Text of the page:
In our continuing series of Canadian authors, Fijiguide.com is proud to present this interview with David Stanley. This is the first of a two part interview series. David is the author of Moon Handbooks South Pacific, Moon Fiji, and Moon Tahiti, published by Avalon Travel of Berkeley, California. Few authors have his in-country experience and depth of knowledge when it comes to Fiji tourism. David, who has been a friendly competitor of mine for over 30 years and his 9th edition of Moon Fiji was published in January, 2011.
You have a very long history with Fiji. You had the very first comprehensive guidebook to Fiji that I was aware of. When did you first get there and what got you over?
My first visit was in 1978 as part of a big Pacific trip researching the first edition of South Pacific Handbook, which was published in June 1979. The Fiji chapter was spun off as a separate guidebook called Finding Fiji in 1985. Both first editions are now freely available on Google Books and some of your readers may find it amusing to compare the way things were then with how they are now.
What keeps on bringing you back?
For me, the South Pacific was love at first sight and it’s one region of the world where I always feel at home. In fact, I live on a Pacific island myself, although in the cooler North Pacific off the west coast of Canada. Since 1978 I’ve been back to the South Pacific dozens of times updating my guidebooks. Without that mission, I wouldn’t have returned as frequently but I certainly would have gone back a few times.
In the process of updating Fiji books over the years, you must be seeing some trends in tourism development. Care to highlight anything?
The biggest trend has been the development of backpacking and flashpacking. In 1978, Fiji already had five-star resorts such as The Regent of Fiji and The Fijian. The way they look and operate hasn’t changed a lot since then but backpacking only become mainstream after the George Speight coup. Turtle Island in the Yasawas was briefly occupied in 2001 by villagers from nearby islands demanding a slice of the tourism pie. Sensing the danger, business and government moved quickly to share the tourism gold and a whole string of village-operated backpacker resorts blossomed up and down the Yasawa chain. A high-speed catamaran was brought in from New Zealand to feed customers to the camps and tourism in Fiji abruptly changed direction.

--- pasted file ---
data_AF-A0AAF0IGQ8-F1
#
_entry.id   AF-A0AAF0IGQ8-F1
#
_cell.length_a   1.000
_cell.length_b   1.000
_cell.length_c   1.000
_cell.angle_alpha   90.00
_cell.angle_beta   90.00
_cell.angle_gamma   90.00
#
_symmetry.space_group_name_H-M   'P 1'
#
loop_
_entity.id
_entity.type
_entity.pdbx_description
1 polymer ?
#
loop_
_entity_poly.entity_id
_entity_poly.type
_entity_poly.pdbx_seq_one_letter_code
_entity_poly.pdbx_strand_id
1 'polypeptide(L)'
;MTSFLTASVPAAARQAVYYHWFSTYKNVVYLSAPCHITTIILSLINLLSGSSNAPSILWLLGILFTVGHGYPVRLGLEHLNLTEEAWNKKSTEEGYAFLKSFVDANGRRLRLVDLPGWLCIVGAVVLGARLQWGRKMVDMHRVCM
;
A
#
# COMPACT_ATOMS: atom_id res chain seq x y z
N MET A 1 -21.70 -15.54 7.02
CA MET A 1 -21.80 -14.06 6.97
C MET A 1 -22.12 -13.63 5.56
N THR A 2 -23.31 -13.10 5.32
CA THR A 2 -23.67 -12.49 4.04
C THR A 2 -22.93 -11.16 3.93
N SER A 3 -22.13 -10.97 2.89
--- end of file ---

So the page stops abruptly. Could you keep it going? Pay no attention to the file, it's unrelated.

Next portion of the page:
What’s changed the most about Fiji over the last 30 years?
The way Fiji visitors travel to outlaying areas has changed completely. On my first visit to Taveuni in 1978 I had the choice of paying big bucks to stay at the Travelodge in Waiyevo, stay with the locals, or sleep on the beach. No other accommodation options existed. Today there are several dozen places to stay on Taveuni in all price categories. On my first few trips around Fiji, I used to stay in villages a lot, presenting a sevusevu to the chief, participating in village activities, drinking kava with the men in the evening, and sleeping on a mat with a local family. I enjoyed that and was able to experience outlying areas like Beqa Island and central Viti Levu which would have been inaccessible otherwise. Lots of backpackers did that in the 1980s and we all used to meet at a backpacker crash pad in Suva called the Coconut Inn to exchange notes. Today very few travelers make the effort as there are organized backpacker camps almost everywhere.